Bílá strž National Nature Reserve

The NNR covers the deeply incised valley of the Bílý potok stream in an extensive forested complex on the north-eastern slopes of the Královský hvozd (King’s Forest Ridge) and lies 2 – 3 km south of the village of Hamry within the Šumava Protected Landscape Area.

Parish: Hamry and Hojsova Stráž (Klatovy district)
Area: 79.02 ha
Elevations: 735 – 1086 m
Declared: 1972

The subject of the protection is the north-eastern slopes of the Královský hvozd ridge, into which the upper part of the Bílý potok stream is deeply carved with numerous shelves and rapids and with a 13-metre-high waterfall. The steep slopes are predominantly covered with autochthonous spruce stands.

The rock basement is built of biotite-muscovite mica schists, which also contain intrusions of granite and quartzite veins. The deeply incised Bílý potok valley has an s-shape and the stream falls over numerous rocky outcrops in the form of shelves, rapids and low waterfalls.

Due to the large difference in elevations, the reserve includes stands of herb-rich beechwoods of the Eu-Fagenion alliance and reaches almost to the upper edge of the acidophilous montane beech forests of the Luzulo-Fagion alliance (Calamagrostio villosae-Fagetum association) which cover the largest area. Due to the temperature inversion in the deep, narrow valley the predominant forest type here is stands of autochthonous Norway (Picea abies), with significant numbers of beech (Fagus sylvatica), silver fir (Abies alba) in the admix and rowans (Sorbus aucuparia) in the lower tree level. The oldest tree stands in the NNR are between 220 and 240 years old and are concentrated in small areas around the waterfalls.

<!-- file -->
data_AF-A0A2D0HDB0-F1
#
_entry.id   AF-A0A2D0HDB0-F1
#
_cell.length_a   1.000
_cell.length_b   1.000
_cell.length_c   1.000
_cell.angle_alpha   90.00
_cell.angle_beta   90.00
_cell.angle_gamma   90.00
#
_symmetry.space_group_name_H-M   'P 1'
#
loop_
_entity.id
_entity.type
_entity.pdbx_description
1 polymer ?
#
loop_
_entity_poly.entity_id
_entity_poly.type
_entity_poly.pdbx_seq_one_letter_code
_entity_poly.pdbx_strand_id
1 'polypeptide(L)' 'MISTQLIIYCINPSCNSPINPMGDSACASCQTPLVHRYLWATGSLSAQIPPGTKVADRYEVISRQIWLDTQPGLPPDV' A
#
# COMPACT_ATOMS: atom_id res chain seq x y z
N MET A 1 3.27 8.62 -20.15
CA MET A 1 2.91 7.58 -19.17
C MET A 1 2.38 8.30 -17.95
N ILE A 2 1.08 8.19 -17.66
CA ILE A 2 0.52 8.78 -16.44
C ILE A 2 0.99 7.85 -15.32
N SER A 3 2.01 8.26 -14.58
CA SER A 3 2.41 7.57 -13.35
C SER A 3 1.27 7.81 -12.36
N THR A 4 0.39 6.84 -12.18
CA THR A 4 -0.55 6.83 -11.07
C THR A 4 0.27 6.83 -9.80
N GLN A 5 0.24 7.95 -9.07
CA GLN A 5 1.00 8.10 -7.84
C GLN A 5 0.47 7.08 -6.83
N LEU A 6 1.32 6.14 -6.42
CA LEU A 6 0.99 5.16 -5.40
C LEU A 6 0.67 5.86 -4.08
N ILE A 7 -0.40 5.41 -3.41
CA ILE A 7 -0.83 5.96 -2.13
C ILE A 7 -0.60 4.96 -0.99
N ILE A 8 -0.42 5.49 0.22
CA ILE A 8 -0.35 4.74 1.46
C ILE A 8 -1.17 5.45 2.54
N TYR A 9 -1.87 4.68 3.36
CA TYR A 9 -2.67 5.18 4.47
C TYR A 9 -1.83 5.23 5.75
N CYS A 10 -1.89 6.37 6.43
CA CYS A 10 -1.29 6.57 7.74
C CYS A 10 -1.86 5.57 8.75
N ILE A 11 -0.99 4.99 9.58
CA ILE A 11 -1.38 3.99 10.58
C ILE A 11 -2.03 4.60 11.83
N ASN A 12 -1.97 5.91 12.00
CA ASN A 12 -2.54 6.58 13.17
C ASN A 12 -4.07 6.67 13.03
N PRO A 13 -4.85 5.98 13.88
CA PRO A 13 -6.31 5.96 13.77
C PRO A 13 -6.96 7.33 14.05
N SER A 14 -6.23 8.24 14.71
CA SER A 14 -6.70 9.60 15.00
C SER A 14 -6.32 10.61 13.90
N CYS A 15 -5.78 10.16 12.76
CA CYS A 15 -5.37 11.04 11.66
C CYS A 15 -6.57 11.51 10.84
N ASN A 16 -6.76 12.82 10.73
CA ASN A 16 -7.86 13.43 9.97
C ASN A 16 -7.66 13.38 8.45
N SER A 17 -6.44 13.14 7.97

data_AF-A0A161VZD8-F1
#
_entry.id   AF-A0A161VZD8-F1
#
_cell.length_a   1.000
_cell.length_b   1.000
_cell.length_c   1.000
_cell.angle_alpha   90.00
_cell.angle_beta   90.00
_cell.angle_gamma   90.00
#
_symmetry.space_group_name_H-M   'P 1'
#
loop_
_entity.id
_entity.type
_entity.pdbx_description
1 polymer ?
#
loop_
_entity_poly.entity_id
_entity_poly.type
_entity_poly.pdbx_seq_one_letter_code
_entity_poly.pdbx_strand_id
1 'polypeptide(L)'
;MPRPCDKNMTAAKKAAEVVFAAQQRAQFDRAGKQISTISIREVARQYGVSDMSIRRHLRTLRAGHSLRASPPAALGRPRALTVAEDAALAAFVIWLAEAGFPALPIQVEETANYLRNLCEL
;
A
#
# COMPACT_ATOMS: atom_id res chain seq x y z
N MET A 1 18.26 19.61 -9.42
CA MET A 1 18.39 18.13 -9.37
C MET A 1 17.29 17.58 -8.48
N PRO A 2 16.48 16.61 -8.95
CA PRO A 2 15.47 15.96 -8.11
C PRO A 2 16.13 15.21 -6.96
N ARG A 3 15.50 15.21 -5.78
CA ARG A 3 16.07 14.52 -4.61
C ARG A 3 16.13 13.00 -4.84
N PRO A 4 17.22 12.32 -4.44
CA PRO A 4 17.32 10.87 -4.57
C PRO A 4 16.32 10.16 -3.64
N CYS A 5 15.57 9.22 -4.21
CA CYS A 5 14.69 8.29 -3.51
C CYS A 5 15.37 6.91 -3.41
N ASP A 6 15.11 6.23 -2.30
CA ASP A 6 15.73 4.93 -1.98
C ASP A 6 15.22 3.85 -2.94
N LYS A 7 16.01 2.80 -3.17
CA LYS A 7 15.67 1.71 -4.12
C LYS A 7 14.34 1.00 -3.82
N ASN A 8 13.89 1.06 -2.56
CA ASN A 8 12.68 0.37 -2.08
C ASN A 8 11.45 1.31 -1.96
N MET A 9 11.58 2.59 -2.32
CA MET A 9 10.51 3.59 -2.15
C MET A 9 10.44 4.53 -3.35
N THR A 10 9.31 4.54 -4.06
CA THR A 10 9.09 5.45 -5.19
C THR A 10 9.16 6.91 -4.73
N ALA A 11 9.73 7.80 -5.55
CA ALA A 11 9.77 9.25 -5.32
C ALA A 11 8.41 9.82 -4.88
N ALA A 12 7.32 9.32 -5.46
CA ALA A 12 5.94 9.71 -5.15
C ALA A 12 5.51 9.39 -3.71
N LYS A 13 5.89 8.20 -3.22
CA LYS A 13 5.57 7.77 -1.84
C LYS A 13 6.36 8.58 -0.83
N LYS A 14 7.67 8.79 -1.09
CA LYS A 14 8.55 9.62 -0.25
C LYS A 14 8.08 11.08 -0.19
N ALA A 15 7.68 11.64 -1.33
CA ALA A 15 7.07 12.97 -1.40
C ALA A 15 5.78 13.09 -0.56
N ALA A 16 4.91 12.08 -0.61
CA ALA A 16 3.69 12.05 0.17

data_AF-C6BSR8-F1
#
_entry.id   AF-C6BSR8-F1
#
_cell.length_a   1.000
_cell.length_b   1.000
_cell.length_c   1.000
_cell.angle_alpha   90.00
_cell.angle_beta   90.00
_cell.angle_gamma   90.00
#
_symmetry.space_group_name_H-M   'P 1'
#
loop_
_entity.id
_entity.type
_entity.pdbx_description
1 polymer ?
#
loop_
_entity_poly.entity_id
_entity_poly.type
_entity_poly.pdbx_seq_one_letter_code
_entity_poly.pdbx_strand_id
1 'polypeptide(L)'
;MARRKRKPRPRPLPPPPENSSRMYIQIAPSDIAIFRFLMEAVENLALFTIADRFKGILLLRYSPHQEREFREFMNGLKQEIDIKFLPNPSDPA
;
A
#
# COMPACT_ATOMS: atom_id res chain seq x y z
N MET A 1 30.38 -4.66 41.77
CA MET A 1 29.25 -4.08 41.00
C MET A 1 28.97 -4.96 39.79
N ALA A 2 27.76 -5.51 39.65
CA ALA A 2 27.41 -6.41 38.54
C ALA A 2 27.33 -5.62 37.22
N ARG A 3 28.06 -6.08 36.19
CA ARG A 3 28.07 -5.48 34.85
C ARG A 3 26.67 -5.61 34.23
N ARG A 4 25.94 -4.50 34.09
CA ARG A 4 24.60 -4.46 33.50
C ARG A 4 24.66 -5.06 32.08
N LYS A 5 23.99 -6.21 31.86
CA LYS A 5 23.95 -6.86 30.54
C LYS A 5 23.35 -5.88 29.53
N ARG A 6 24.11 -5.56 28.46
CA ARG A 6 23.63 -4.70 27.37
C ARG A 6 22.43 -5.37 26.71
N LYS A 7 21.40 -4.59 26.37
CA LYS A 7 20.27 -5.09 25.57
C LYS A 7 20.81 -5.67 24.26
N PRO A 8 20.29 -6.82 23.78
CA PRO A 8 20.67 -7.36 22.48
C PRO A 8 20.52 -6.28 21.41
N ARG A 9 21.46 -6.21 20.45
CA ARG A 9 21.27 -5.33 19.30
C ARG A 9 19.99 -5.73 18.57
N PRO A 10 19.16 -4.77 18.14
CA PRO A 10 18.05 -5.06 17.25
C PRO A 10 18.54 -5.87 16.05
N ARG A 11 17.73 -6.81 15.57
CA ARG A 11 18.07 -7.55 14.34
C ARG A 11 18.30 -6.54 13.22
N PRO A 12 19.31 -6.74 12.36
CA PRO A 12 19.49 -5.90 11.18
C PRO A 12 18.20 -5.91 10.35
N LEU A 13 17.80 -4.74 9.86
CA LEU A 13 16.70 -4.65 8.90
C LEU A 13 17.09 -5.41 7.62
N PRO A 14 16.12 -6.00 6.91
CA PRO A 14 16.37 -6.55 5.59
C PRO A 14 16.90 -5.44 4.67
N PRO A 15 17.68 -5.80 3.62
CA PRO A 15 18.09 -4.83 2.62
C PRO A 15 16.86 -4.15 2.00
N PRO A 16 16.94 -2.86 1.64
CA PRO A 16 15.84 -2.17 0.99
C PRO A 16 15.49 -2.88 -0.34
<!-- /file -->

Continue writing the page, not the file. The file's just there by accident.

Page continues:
Due to the special climatic conditions the herb layer includes species which are typical of the acidophilous montane beechwoods but also from the climax spruce forests which lie above the reserve. Among the most significant herb species we can find holly fern (Blechnum spicant), Alpine sow-thistle (Cicerbita alpina), purple coltsfoot (Homogyne alpina), fir clubmoss (Huperzia selago) and interrupted clubmoss (Lycopodium annotinum).

Vertebrates which are typical of the Šumava mountain range inhabit the NNR territory and notable animals include the raven (Corvus corax), three-toed woodpecker (Picoides tridactylus) and lynx (Lynx lynx) as well as the capercaillie (Tetrao urogallus). Bílá strž is one of the proven localities of the garden dormouse (Eliomys quercinus), and the Ural owl (Strix uralensis) has also been recorded here after it was reintroduced to the Bayerischer National Park across the border in Germany.

In addition to the rugged terrain, the forest stand composition and structure is another characteristic feature of the reserve. The forest stands were probably felled at least once but parts of the stands are certainly of the first generation after primeval forest. The oldest stands have survived around the waterfalls and consist primarily of spruces, some of which reach an average diameter of 95 cm at breast height, along with firs and rowans. Beech trees are only abundant on the left bank of the Bílý potok stream at elevations below 900 metres, whereas they only grow in small numbers in other parts of the reserve. In recent decades the spruces and the firs have rejuvenated naturally in large numbers. At present the forest stands in the reserve are left to natural development processes.

Public access to the NNR is provided along a marked trail and also by a wooden boardwalk which takes visitors down to the waterfall and to the remnants of the oldest forest stands. The Bílá strž ravine is a good example of a forest which was previously exploited by man, cultivated and then left to natural processes. These forest stands document the fact that even in these circumstances, the forest stands have stabilized and moved towards the formation of a mixed age and spatially-differentiated natural forest.